Highlights for acetaminophen-oxycodone
acetaminophen-oxycodone Side Effects
Side effects that you should report to your doctor or health care professional as soon as possible:\n\n -allergic reactions like skin rash, itching or hives, swelling of the face, lips, or tongue\n -breathing difficulties, wheezing\n -confusion\n -light headedness or fainting spells\n -severe stomach pain\n -unusually weak or tired\n -yellowing of the skin or the whites of the eyes \nSide effects that usually do not require medical attention (report to your doctor or health care professional if they continue or are bothersome):\n\n -dizziness\n -drowsiness\n -nausea\n -vomiting
acetaminophen-oxycodone May Interact with Other Medications
- alcohol\n-antihistamines\n-barbiturates like amobarbital, butalbital, butabarbital, methohexital, pentobarbital, phenobarbital, thiopental, and secobarbital\n-benztropine\n-drugs for bladder problems like solifenacin, trospium, oxybutynin, tolterodine, hyoscyamine, and methscopolamine\n-drugs for breathing problems like ipratropium and tiotropium\n-drugs for certain stomach or intestine problems like propantheline, homatropine methylbromide, glycopyrrolate, atropine, belladonna, and dicyclomine\n-general anesthetics like etomidate, ketamine, nitrous oxide, propofol, desflurane, enflurane, halothane, isoflurane, and sevoflurane\n-medicines for depression, anxiety, or psychotic disturbances\n-medicines for sleep\n-muscle relaxants\n-naltrexone\n-narcotic medicines (opiates) for pain\n-phenothiazines like perphenazine, thioridazine, chlorpromazine, mesoridazine, fluphenazine, prochlorperazine, promazine, and trifluoperazine\n-scopolamine\n-tramadol\n-trihexyphenidyl
How to Use acetaminophen-oxycodone
Take this medicine by mouth with a full glass of water. Follow the directions on the prescription label. If the medicine upsets your stomach, take it with food or milk. Take your medicine at regular intervals. Do not take your medicine more often than directed.\n\nTalk to your pediatrician regarding the use of this medicine in children. Special care may be needed.\n\nPatients over 65 years old may have a stronger reaction and need a smaller dose.
They need to know if you have any of these conditions:\n\n -brain tumor\n -Crohn's disease, inflammatory bowel disease, or ulcerative colitis\n -drug abuse or addiction\n -head injury\n -heart or circulation problems\n -if you often drink alcohol\n -kidney disease or problems going to the bathroom\n -liver disease\n -lung disease, asthma, or breathing problems\n -an unusual or allergic reaction to salicylates, acetaminophen, oxycodone, other opioid analgesics, other medicines, foods, dyes, or preservatives\n -pregnant or trying to get pregnant\n -breast-feeding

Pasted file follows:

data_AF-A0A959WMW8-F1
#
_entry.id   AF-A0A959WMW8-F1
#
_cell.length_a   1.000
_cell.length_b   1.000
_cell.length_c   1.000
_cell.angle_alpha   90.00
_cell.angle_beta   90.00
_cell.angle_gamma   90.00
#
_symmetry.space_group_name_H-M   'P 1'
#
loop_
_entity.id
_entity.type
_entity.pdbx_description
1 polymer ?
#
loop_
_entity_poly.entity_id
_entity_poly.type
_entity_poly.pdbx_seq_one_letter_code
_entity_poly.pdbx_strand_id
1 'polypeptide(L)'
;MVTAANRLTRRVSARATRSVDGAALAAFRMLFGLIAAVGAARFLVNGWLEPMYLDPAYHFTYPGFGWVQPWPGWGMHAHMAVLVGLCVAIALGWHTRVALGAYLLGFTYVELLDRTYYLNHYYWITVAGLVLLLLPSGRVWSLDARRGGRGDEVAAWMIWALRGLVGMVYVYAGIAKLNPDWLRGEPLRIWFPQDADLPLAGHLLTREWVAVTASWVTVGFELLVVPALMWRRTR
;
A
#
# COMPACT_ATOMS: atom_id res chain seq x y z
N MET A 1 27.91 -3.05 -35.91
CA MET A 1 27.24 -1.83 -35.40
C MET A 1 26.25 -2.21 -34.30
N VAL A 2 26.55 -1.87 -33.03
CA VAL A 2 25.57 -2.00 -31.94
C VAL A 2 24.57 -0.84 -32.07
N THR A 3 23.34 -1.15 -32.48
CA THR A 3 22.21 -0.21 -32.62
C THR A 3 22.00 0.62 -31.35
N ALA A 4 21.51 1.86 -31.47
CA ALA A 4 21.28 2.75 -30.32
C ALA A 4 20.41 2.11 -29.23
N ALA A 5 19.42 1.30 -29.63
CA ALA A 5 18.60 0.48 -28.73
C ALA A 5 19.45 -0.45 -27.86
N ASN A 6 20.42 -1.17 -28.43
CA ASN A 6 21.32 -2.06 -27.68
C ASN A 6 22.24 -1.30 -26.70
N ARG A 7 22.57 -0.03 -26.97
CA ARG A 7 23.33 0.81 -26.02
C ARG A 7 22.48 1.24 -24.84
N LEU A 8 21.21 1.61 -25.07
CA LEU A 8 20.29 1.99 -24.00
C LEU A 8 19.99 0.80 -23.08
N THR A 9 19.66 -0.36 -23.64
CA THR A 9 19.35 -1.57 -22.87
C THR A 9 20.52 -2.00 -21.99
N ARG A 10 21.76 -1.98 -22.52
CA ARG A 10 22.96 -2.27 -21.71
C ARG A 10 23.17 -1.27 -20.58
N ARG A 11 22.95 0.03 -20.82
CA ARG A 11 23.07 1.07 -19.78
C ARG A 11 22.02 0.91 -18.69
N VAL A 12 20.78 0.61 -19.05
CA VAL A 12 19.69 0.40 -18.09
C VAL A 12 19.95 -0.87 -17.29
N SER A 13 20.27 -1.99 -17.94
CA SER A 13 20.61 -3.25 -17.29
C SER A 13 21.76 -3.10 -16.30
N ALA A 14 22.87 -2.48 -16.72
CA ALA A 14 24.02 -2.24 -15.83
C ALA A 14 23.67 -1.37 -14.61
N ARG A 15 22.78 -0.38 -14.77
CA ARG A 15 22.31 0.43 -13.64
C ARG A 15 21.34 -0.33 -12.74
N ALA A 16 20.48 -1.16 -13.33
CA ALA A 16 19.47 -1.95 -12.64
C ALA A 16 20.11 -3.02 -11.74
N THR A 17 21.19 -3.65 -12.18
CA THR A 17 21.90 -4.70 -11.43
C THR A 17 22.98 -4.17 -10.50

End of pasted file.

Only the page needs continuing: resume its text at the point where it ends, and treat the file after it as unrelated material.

If you miss a dose, take it as soon as you can. If it is almost time for your next dose, take only that dose. Do not take double or extra doses.
Tell your doctor or health care professional if your pain does not go away, if it gets worse, or if you have new or a different type of pain. You may develop tolerance to the medicine. Tolerance means that you will need a higher dose of the medication for pain relief. Tolerance is normal and is expected if you take this medicine for a long time.\n \nDo not suddenly stop taking your medicine because you may develop a severe reaction. Your body becomes used to the medicine. This does NOT mean you are addicted. Addiction is a behavior related to getting and using a drug for a nonmedical reason. If you have pain, you have a medical reason to take pain medicine. Your doctor will tell you how much medicine to take. If your doctor wants you to stop the medicine, the dose will be slowly lowered over time to avoid any side effects.\n \nYou may get drowsy or dizzy. Do not drive, use machinery, or do anything that needs mental alertness until you know how this medicine affects you. Do not stand or sit up quickly, especially if you are an older patient. This reduces the risk of dizzy or fainting spells. Alcohol may interfere with the effect of this medicine. Avoid alcoholic drinks.\n \nThere are different types of narcotic medicines (opiates) for pain. If you take more than one type at the same time, you may have more side effects. Give your health care provider a list of all medicines you use. Your doctor will tell you how much medicine to take. Do not take more medicine than directed. Call emergency for help if you have problems breathing.\n \nThe medicine will cause constipation. Try to have a bowel movement at least every 2 to 3 days. If you do not have a bowel movement for 3 days, call your doctor or health care professional.\n \nDo not take Tylenol (acetaminophen) or medicines that have acetaminophen with this medicine. Too much acetaminophen can be very dangerous. Many non-prescription medicines contain acetaminophen. Always read the labels carefully to avoid taking more acetaminophen.
Keep out of the reach of children. This medicine can be abused. Keep your medicine in a safe place to protect it from theft. Do not share this medicine with anyone. Selling or giving away this medicine is dangerous and against the law.\n \nStore at room temperature between 15 and 30 degrees C (59 and 86 degrees F). Keep container tightly closed. Protect from light.\n \nThis medicine may cause accidental overdose and death if it is taken by other adults, children, or pets. Flush any unused medicine down the toilet to reduce the chance of harm. Do not use the medicine after the expiration date.
What does the pill look like?
Tylox, 5mg, 500mg
Tylox, 5mg, 500mg
acetaminophen-oxycodone, Roxane Laboratories Inc, 5mg, 500mg
acetaminophen-oxycodone, Qualitest Pharmaceuticals Inc, 5mg, 500mg
acetaminophen-oxycodone, Barr Laboratories Inc a Division of Teva USA, 5mg, 500mg
acetaminophen-oxycodone, Mallinckrodt Inc Pharmaceuticals Group, 5mg, 500mg
Last Updated: August 11, 2014